Many Passover recipes call for almond flour or almond meal. Be aware that there is a difference between the two: almond flour is made from blanched (aka peeled) almonds and is finer and fluffier than almond meal, which is made from raw almonds.
Almond flour is a favorite of those following low-carb diets and it does have some nutritional benefits, including protein, “good” fats, and numerous vitamins and minerals, especially when compared to flours made from grain.
Note: With their high fat content, nut flours are prone to turning rancid, so always store them in the refrigerator or, better yet, the freezer.
Almond flour is both denser and wetter than wheat flour and will act differently in batters. Happily, there are many recipes specifically designed for almond flour. One important tip for baking with almond flour: Let your baked goods cool completely before cutting or moving them or you may end up with a pile of crumbs.
Shredded coconut is a Passover staple—think of the old-fashioned chocolate-covered macaroons that capped off every seder from your childhood. Coconut flour is a newer addition to the Passover baking canon, but very worthwhile. The flour is made from coconut meal—the byproduct of coconut milk—that is dried and ground into a powder.
This high-fiber flour is notorious for absorbing moisture and liquid from batters, making it tricky to work with. You may notice that recipes with coconut flour often call for a lot of eggs—that is to add structure and moisture to the batter. In addition, coconut flour has a noticeable coconut flavor, so if you are not a coconut lover, this may not be the flour for you. Coconut flour makes an especially good gluten-free pie or tart dough.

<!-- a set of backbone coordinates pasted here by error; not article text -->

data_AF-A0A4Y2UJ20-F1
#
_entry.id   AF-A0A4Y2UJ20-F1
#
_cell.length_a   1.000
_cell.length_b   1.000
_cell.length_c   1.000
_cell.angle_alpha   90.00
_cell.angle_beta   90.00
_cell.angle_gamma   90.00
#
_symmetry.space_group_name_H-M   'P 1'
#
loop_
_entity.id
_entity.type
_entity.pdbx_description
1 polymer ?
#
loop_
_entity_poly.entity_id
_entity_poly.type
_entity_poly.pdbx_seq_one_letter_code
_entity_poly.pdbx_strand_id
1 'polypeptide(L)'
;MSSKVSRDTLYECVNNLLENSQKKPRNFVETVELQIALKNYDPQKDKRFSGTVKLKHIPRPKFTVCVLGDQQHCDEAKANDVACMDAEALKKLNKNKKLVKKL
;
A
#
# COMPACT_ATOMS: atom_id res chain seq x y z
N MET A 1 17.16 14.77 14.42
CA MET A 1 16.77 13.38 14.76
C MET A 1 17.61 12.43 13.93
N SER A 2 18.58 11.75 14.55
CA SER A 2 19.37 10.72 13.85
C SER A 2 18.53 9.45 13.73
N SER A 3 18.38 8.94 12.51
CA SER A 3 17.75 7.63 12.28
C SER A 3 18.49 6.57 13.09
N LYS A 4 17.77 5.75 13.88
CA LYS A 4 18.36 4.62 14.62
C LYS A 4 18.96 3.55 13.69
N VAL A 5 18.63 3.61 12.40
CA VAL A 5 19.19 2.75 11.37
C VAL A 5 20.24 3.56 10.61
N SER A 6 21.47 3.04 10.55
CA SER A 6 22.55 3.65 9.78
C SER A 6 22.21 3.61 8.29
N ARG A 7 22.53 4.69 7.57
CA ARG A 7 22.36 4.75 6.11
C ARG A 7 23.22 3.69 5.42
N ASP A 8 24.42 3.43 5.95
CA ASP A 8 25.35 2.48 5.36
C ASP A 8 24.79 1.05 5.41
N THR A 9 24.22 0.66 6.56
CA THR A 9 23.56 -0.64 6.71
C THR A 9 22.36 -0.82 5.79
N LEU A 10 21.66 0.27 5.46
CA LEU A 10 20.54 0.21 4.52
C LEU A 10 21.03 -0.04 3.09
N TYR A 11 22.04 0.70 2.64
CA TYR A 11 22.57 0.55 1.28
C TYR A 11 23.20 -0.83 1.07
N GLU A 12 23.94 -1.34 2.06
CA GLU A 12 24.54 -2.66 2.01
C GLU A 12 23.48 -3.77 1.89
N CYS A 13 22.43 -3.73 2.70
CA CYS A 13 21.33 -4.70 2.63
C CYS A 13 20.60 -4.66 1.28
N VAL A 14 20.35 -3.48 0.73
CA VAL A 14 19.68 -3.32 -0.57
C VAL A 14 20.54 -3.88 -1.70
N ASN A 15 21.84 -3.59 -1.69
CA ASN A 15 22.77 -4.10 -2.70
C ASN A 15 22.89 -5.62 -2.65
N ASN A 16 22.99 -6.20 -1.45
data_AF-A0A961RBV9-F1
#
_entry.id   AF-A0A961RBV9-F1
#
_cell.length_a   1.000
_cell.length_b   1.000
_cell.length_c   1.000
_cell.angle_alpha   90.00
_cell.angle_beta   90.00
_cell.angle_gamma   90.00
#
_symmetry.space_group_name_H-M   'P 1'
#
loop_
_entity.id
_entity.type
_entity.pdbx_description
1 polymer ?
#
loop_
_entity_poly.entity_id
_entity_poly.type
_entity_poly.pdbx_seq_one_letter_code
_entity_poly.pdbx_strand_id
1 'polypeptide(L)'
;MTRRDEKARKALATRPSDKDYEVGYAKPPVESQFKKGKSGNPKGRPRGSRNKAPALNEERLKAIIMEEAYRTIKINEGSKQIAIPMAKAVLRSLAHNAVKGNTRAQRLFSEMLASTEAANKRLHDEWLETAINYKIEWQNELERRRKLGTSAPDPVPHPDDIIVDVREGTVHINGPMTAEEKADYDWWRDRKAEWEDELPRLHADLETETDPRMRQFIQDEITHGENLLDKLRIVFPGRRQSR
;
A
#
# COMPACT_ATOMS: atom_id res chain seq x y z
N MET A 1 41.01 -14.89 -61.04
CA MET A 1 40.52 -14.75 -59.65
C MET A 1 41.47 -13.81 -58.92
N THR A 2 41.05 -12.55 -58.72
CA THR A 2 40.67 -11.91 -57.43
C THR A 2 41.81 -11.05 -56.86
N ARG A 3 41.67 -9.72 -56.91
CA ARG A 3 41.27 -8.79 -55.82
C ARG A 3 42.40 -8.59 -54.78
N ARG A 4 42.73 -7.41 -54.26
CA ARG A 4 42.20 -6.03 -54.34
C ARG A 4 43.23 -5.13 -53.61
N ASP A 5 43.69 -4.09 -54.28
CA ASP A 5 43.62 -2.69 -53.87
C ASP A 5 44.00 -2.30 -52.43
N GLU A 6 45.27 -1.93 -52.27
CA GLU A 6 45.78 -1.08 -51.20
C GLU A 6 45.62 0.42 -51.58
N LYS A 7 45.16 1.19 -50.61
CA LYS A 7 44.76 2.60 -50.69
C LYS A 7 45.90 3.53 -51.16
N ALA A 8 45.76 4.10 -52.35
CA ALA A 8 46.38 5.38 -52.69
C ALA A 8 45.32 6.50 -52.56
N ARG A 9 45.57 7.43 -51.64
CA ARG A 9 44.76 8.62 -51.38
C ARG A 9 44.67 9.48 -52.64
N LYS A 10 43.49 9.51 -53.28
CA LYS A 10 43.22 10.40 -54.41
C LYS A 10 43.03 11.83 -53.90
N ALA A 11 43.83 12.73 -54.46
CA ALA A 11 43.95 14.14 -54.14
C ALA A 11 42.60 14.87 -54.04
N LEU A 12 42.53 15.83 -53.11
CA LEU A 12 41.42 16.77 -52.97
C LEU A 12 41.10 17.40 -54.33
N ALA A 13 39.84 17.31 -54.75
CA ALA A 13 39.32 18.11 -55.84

Trendy South American superfood quinoa is the latest Passover darling. The Orthodox Union has even confirmed that quinoa is kosher for Passover—hooray! But many people may not know that high-protein quinoa can be ground into a flour that is useful for baking. Quinoa flour is known to have a slightly bitter taste, so try it in savory baked goods, rather than sweets.
Despite the name, there is no wheat in buckwheat
It is not even a grain, but rather closely related to plants, such as rhubarb and sorrel. You may be most familiar with buckwheat groats, which are the seeds of the buckwheat plant with the hulls removed. The groats are used to make kasha varnishkes, which are definitely not kosher for Passover.
Buckwheat flour is ground from the seed hulls, not the groats. It has an earthy, nutty flavor and is extremely nutritious. The flour can be somewhat bitter so it is usually combined with other flours, like wheat or rice flour, in dishes such as Japanese soba noodles or blinis. Thus, buckwheat flour may not be best choice for Passover baking.
But the groats are milder and resemble steel-cut oats, making them a good option for Passover breakfasts or as a substitute for cracked wheat in side dishes and grain salads.
Note: Buckwheat is generally considered to be kitniyot.
An ancient grass native to eastern Africa, teff is most familiar to Americans as the basis for injera, the spongy, slightly sour, pancake-like bread served at Ethiopian restaurants. You can buy whole teff, which makes excellent porridge, or teff flour, which is ground from the whole grain. Both have an impressive nutritional profile; teff is rich in calcium, protein, vitamin C, fiber and iron.
Like other whole grains, teff and teff flour should be stored in the refrigerator or freezer to prevent them from going rancid.
Teff has a particular affinity for chocolate, making it a natural for base for gluten-free brownies and chocolate cakes.
Emily Pastor is a contributing writer to Jlife and Nosher magazine.